[p]Sanskrit writers divide flesh into two classes, namely Jangla or land, and Anupa or water animals:-Anupa mansa (flesh of Anupa animals) is said to be "sweet, soothing, heavy of digestion, demulcent, fattening, checking appetite, phlegmatic, excitive of wind. (vata) and generative of flesh"-(N.N. Sen Gupta). Animals living on land are sub-divided into eight orders as follows:-Jangla or animals living in the wilderness as deer, antelopes etc. The meat of Jangla animals is broadly speaking sweet and astringent causing slight constipation. It is light, easy of digestion, strengthening and appetizing, checking tridosha and increasing vitality.[/p]

[p]Vilastha or animals living in holes underground as scrpents, lizards, porcupines etc.-Meat of such animals checks Vayu, is sweet to taste, heaty, increases pitta, is strengthening, lessens excretion of urine and faeces. Guhasaya or animals living in caverns, as tigers, lions, bears, etc.-Meat of such animals checks Vayul. Is difficult of digestion, strengthening, somewhat good for those suffering from eye and rectal diseases. Parnamriga or animals living on trees, as monkeys, squirrels, etc.-Meat of such animals stimulates vitality, is good for eyes, promotes flow of urine and faeces and is good in certain respiratory diseases and piles. Vishkira or birds which take their food after tearing or scattering it, as fowls, peacocks, quails, partridges, etc.-Meat of such birds is sweet and astringent, cooling, easy of digestion, strengthening, checks tridoshas and is very good. Pratuda or birds which strike with their beaks, as pigeons, wagtails, cuckoos, etc.-Meat of such birds is similar to those of Vishkira. Except that it increases Vayu, but checks Kapha and Pitta. Prasaha or birds of prey, as the hawk, felcon etc.-The meat of such birds is very heaty, deranges pitta, induces acidity and diseases like ulcers and sinuses, general weakness and even insanity. Gramya or domestic animals, as ox, goat, horse, sheep, etc.-The meat of such animals relieves flatulence, produces kapha and pitta, nourishes, is sweet in taste, non-acidifying in reaction, stimulating and enhancing metabolism-(Susruta).[/p]

[p]Animals living in water or marshy lands are subdivided into five classes as follows:-Kulechara, or animals grazing in marshes, as buffalo, yak, rhinoceros, etc.-Meat of such animals checks vayu and pitta, is strengthening, vitalising, sweet, cooling and soothing, increases kapha and promotes urinary secretion. Plava, or birds which swim in water, as geese, ducks, cranes, etc.-Meat of such birds checks pitta, is soothing, heavy of digestion but cooling, stimulates secretion of faeces, strengthening and vitalising, increases Vayu and Kapha, Kosastha or animals enclosed in shells, as conch-shells, bivalve-shells, etc.-Meat of such animals is sweet and soothing, cooling, strengthening, vitalising, increases faecal refuse, checks Vayu & Pitta. Padina, or footed aquatic animals as tortoise, crocodile etc. Meat of such animals is similar to that of Kosastha. Matsya, or fishes: -Meat of fish is soothing, but heating after digestion, increases Kapha and Pitta and checks Vayu. It is strengthening, vitalising and palatable and is especially soothing to alcoholics, good for sensuous individuals having strong digestion.[/p]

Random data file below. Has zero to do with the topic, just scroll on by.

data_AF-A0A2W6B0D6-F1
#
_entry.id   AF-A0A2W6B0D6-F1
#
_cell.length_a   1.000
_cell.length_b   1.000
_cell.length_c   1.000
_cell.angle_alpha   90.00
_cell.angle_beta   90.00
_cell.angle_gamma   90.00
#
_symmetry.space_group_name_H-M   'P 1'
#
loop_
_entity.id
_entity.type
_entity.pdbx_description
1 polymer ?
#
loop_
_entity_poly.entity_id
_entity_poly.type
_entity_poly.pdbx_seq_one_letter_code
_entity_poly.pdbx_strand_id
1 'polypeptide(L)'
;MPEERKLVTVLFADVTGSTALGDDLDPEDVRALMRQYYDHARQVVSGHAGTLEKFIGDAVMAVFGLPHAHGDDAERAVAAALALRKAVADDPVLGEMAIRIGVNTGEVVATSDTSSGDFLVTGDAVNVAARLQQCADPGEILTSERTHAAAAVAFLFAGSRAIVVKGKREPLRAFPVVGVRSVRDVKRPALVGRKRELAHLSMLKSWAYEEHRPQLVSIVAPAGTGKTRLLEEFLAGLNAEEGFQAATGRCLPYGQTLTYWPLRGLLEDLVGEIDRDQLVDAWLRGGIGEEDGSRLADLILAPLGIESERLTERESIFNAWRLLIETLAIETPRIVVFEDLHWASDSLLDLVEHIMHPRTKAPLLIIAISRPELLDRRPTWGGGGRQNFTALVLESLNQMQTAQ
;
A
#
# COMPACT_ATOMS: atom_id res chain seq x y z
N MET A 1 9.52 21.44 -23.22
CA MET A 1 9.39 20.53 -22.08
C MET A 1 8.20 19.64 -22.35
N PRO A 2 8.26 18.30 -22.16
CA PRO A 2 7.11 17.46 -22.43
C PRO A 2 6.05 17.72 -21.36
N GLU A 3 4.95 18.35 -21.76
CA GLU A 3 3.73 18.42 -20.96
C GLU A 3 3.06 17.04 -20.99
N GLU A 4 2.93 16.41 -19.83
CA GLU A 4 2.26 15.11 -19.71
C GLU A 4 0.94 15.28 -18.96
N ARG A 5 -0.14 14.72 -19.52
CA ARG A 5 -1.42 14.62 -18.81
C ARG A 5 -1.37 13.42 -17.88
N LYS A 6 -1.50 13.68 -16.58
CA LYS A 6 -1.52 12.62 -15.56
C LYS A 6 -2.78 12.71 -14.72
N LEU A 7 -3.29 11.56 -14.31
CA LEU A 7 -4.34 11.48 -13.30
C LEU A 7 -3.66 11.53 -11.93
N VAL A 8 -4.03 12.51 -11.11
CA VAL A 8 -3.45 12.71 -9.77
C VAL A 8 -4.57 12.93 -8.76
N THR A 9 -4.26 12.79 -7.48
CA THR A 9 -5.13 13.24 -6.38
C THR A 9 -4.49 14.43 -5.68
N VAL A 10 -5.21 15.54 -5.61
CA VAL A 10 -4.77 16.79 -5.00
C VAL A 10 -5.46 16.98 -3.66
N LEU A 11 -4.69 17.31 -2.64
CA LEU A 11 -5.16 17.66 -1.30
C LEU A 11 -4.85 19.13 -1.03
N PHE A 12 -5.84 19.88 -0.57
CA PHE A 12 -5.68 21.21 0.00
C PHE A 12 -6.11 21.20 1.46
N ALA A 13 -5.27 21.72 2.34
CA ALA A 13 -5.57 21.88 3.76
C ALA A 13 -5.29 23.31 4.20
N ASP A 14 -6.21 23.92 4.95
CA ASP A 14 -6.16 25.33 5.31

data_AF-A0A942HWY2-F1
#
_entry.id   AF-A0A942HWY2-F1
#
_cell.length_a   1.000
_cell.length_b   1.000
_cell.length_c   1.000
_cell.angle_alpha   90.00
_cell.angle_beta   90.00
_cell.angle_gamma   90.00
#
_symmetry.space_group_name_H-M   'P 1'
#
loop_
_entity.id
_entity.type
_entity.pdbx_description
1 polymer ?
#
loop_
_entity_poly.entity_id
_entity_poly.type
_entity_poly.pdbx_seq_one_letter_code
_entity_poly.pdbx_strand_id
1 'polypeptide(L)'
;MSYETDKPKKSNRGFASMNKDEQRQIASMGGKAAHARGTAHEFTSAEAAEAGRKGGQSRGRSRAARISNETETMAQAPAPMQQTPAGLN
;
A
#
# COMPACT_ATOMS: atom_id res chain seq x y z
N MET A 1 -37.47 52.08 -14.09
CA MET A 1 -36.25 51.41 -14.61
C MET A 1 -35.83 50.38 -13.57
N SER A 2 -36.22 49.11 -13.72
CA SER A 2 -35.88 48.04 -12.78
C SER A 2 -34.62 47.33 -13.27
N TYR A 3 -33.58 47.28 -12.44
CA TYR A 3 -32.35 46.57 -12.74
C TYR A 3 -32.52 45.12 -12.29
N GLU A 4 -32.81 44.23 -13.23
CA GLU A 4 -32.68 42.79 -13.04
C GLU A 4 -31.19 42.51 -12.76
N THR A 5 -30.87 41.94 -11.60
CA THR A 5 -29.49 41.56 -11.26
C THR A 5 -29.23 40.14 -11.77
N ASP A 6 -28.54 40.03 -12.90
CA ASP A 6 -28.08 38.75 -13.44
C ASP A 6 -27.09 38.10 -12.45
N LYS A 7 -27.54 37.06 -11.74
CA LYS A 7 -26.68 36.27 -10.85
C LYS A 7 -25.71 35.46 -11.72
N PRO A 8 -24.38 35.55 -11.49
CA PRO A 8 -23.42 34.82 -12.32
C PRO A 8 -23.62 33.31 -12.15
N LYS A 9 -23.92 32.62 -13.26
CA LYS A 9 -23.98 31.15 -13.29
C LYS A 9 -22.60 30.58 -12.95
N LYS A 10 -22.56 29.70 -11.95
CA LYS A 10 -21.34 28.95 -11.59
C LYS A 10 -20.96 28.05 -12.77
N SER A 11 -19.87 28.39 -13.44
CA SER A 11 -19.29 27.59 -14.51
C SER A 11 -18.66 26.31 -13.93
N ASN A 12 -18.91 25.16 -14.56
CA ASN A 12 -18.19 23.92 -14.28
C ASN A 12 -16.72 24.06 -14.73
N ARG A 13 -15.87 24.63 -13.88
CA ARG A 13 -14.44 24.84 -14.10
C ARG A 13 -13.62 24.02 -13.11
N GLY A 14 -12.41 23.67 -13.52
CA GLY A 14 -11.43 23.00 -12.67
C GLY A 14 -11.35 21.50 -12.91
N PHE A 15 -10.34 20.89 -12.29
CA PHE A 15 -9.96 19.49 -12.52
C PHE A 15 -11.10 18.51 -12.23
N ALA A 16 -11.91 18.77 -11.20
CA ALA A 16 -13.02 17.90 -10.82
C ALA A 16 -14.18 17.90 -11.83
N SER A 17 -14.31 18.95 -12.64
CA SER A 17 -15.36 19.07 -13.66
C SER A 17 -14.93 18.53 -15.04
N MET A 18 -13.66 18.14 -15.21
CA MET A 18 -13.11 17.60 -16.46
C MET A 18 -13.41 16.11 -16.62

[p]Of these classes, Jangla and Vishkira are considered superior to the others in an alimentary point of view. Flesh of the goat, domestic fowl (Gallus domesticus-flesh is stimulant, demulcent, cardiac stimulant, nutritious and generative of semen; beneficial in disturbance of the three humours, phthisis, vomiting and remittent fever), peacock and partridge is easily digested and suited to the sick and convalescent. The flesh of the francoline (see - Francolinus pondicerianus), partridge (Titir). Flesh of the white variety is astringent, refrigerant, demulcent, easily digestible, constipating, cardiac stimulant; used to improve memory, alleviative of the Tridoshas. Beneficial in cough, phthisis, fever, epistaxis and hiccup. Pigeon's flesh is demulcent, tonic, cardiac, nutritious. Used in constipation, beneficial in phlegm, bile, vitiated blood and wind, leprosy, and is prohibited in jaundice. Flesh of peacock (Nila-mayura) is "excitive of wind, cardiac, tonic, generative of memory, beneficial in the diseases of wind, ear-diseases and eye-diseases. The egg is sweet, cardiac and highly beneficial in loss of semen, heart-diseases and ulcers". Soup made from birds' meat (white meat) or from meat of deer is a diet in chronic cases of enlarged liver and spleen. Meat soup of deer and other wild animals (to replace the tissue waste, e.g., albumen in the discharge) is a diet for fistula in ano, when there is no fever. Meat of the deer, sambar, hare, quail and partridge is recommended for habitual use. Fish, beef and pork are considered hard to digest and unsuited for daily use. "Beef is very heavy and difficult of digestion, is soothing but excites Pitta and Kapha, checks Vayu, is strengthening, good in cough, chronic wasting fevers, disease of the nose, catarrh, phthisis, dyspepsia where there is a morbid craving for food, very suitable food for people of active habits and not suitable in any other season except winter. - (Charaka). From the above it is evident that the ancient Hindus used to take beef when they came from Central Asia.[/p]